Chinese gold demand returns to growth as appetite for jewellery soars
Demand for jewellery was particularly strong in less affluent cities, according to the China Gold Association
Demand for gold in mainland China returned to growth last year thanks largely to a growing appetite for jewellery, particularly in less affluent cities, new figures show.
Consumption of the precious metal climbed 9.4 per cent to 1,089 tonnes, according to data from the China Gold Association, released on Thursday. That represents a big turnaround from a 6.7 per cent slump in demand in 2016, and means China maintains its crown as the world’s largest gold market for a fifth consecutive year.
India, in second place, probably saw its gold consumption drop to an eight-year low of 650 tonnes, according to the latest estimate from the World Gold Council in November.
Demand for jewellery in China was especially strong, rising 10.4 per cent to 696.5 tonnes, a dramatic recovery from the 19 per cent drop seen a year earlier, said the Beijing-based association. Jewellery demand is the largest contributor to the total appetite for the yellow metal in the mainland.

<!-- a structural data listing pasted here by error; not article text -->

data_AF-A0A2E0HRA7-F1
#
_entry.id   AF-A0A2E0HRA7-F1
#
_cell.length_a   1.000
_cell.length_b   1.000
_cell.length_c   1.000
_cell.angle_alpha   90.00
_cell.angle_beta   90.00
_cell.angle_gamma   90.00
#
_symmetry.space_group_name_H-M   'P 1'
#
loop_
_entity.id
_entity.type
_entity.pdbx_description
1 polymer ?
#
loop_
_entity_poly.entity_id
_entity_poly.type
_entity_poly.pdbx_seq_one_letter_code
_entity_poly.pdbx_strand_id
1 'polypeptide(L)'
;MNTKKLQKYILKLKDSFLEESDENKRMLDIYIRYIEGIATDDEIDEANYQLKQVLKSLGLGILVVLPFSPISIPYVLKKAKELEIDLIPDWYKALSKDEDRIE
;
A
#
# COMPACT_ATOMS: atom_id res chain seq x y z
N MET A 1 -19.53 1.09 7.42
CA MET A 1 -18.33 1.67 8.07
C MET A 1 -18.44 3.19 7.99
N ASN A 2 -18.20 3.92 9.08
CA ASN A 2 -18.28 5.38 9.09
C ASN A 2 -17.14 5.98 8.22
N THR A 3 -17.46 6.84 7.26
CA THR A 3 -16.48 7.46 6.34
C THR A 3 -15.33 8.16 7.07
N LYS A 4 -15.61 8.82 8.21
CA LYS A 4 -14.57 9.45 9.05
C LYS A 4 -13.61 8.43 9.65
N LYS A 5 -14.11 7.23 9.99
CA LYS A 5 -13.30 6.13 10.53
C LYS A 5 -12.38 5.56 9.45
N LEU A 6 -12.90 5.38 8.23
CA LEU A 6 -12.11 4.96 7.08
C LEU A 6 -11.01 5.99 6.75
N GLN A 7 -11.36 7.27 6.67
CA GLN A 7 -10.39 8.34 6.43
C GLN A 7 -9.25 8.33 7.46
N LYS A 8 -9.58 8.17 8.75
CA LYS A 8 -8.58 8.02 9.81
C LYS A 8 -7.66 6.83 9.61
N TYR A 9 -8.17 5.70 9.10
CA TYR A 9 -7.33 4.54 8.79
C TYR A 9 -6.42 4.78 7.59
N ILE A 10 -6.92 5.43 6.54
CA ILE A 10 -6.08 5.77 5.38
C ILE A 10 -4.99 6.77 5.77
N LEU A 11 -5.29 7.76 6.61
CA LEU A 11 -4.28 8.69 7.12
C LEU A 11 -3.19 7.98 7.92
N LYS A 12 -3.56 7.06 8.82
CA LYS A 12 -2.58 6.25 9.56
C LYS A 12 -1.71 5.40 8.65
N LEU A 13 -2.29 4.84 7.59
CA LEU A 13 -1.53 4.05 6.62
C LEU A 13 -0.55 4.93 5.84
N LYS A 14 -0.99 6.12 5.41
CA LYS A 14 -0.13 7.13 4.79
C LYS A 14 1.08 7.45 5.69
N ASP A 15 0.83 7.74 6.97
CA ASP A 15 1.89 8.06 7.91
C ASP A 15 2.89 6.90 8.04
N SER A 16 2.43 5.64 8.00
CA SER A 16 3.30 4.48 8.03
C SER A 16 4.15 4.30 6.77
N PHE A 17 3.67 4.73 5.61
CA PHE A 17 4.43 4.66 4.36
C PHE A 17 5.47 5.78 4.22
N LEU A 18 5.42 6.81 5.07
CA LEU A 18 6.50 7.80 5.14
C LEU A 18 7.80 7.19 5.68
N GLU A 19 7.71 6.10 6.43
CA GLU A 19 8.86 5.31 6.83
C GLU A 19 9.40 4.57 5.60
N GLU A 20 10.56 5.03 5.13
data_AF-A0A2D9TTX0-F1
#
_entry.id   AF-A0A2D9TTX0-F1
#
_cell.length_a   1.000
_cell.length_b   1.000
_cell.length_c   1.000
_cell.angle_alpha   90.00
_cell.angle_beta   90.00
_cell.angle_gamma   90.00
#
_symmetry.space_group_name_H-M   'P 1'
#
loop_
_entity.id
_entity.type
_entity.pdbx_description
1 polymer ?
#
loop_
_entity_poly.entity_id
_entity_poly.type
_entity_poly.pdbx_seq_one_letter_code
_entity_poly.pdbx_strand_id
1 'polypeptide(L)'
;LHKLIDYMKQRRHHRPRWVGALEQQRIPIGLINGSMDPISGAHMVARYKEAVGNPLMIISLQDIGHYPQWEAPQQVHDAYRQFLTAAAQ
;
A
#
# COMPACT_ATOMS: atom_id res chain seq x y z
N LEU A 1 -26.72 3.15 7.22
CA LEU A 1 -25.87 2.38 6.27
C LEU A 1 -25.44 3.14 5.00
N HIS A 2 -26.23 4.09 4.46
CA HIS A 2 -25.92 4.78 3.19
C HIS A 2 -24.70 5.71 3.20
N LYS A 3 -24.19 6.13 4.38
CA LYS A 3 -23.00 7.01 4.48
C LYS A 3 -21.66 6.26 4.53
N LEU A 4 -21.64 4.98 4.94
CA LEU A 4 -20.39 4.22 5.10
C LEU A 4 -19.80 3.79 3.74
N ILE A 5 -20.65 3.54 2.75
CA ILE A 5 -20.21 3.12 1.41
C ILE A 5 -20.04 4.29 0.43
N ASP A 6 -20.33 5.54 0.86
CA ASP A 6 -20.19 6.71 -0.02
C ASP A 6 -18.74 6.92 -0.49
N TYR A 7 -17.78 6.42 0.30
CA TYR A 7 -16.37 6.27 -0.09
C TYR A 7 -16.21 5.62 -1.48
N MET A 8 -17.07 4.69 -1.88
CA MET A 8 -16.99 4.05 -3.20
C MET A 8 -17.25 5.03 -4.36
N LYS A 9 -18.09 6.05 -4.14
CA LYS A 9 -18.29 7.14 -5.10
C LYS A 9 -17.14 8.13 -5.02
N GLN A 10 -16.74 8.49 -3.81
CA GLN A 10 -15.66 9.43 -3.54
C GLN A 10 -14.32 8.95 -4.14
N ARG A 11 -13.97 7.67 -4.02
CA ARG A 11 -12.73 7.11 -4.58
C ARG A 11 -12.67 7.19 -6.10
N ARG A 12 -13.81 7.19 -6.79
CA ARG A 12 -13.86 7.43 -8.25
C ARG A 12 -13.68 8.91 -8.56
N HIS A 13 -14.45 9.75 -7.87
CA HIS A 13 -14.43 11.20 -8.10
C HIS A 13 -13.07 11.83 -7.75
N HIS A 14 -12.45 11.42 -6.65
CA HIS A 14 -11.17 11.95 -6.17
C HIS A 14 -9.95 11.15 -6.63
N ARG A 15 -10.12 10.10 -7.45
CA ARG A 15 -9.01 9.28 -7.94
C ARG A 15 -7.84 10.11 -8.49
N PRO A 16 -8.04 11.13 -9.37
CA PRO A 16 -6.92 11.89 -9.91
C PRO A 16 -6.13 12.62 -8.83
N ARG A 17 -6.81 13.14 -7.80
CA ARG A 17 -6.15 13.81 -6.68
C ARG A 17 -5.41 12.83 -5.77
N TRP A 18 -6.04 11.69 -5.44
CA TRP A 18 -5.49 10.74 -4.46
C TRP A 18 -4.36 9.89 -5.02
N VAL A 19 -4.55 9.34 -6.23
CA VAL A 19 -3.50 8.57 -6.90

In 2017, appetite for gold jewellery was particularly robust in lower-tier cities as China’s newly accumulated wealth gradually spreads from affluent coastal areas to less developed regions, according to Zhang Yongtao, deputy chairman of the association.
“Gold demand could remain resilient this year – there are early signs the growth trend will continue,” he added.
Demand for bullion increased by 7.3 per cent to 276.4 tonnes, suggesting its allure as an investment option increased as the government tightened restrictions on property investments and capital outflows.
The mainland economy grew at a stronger-than-expected 6.9 per cent last year, picking up the pace from a rise of 6.7 per cent in 2016. This has bolstered consumer confidence and fuelled spending on luxury items like gold jewellery.
On the production side, however, domestic gold output fell 6 per cent to 426.1 tonnes in 2017, the first “such slump” since 2000, according to the China Gold Association. Still, the mainland remains the world’s top gold producer for an 11th straight year.
The association attributed the weaker output to tighter environmental protection measures, including heavier tax levies and a broad crackdown on polluters, which has forced mills to halt production.
In August, mainland authorities issued a joint edict on implementing an environmental protection tax, effective from the start of this year, following a public consultation exercise.